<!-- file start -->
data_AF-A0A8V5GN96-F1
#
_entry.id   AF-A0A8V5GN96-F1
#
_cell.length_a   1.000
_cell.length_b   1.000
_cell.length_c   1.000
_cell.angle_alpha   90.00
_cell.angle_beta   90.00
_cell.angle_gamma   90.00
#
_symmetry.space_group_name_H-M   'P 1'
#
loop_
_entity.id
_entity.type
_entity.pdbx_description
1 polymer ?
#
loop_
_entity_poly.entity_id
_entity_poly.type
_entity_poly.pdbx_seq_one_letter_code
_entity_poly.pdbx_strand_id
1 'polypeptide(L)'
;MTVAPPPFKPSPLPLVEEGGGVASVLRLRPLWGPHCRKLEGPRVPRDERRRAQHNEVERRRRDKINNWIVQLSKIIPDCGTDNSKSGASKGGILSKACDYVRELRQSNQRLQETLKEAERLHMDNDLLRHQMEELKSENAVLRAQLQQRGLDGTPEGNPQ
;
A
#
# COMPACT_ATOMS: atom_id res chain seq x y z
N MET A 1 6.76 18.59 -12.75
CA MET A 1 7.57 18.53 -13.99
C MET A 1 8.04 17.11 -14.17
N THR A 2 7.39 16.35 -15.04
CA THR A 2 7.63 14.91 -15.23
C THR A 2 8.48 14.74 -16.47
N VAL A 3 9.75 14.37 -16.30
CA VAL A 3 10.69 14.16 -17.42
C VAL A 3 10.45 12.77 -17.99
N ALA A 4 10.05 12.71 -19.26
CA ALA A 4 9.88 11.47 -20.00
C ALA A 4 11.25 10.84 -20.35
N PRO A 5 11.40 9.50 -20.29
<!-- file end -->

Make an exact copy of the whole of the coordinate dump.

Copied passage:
data_AF-A0A8V5GN96-F1
#
_entry.id   AF-A0A8V5GN96-F1
#
_cell.length_a   1.000
_cell.length_b   1.000
_cell.length_c   1.000
_cell.angle_alpha   90.00
_cell.angle_beta   90.00
_cell.angle_gamma   90.00
#
_symmetry.space_group_name_H-M   'P 1'
#
loop_
_entity.id
_entity.type
_entity.pdbx_description
1 polymer ?
#
loop_
_entity_poly.entity_id
_entity_poly.type
_entity_poly.pdbx_seq_one_letter_code
_entity_poly.pdbx_strand_id
1 'polypeptide(L)'
;MTVAPPPFKPSPLPLVEEGGGVASVLRLRPLWGPHCRKLEGPRVPRDERRRAQHNEVERRRRDKINNWIVQLSKIIPDCGTDNSKSGASKGGILSKACDYVRELRQSNQRLQETLKEAERLHMDNDLLRHQMEELKSENAVLRAQLQQRGLDGTPEGNPQ
;
A
#
# COMPACT_ATOMS: atom_id res chain seq x y z
N MET A 1 6.76 18.59 -12.75
CA MET A 1 7.57 18.53 -13.99
C MET A 1 8.04 17.11 -14.17
N THR A 2 7.39 16.35 -15.04
CA THR A 2 7.63 14.91 -15.23
C THR A 2 8.48 14.74 -16.47
N VAL A 3 9.75 14.37 -16.30
CA VAL A 3 10.69 14.16 -17.42
C VAL A 3 10.45 12.77 -17.99
N ALA A 4 10.05 12.71 -19.26
CA ALA A 4 9.88 11.47 -20.00
C ALA A 4 11.25 10.84 -20.35
N PRO A 5 11.40 9.50 -20.29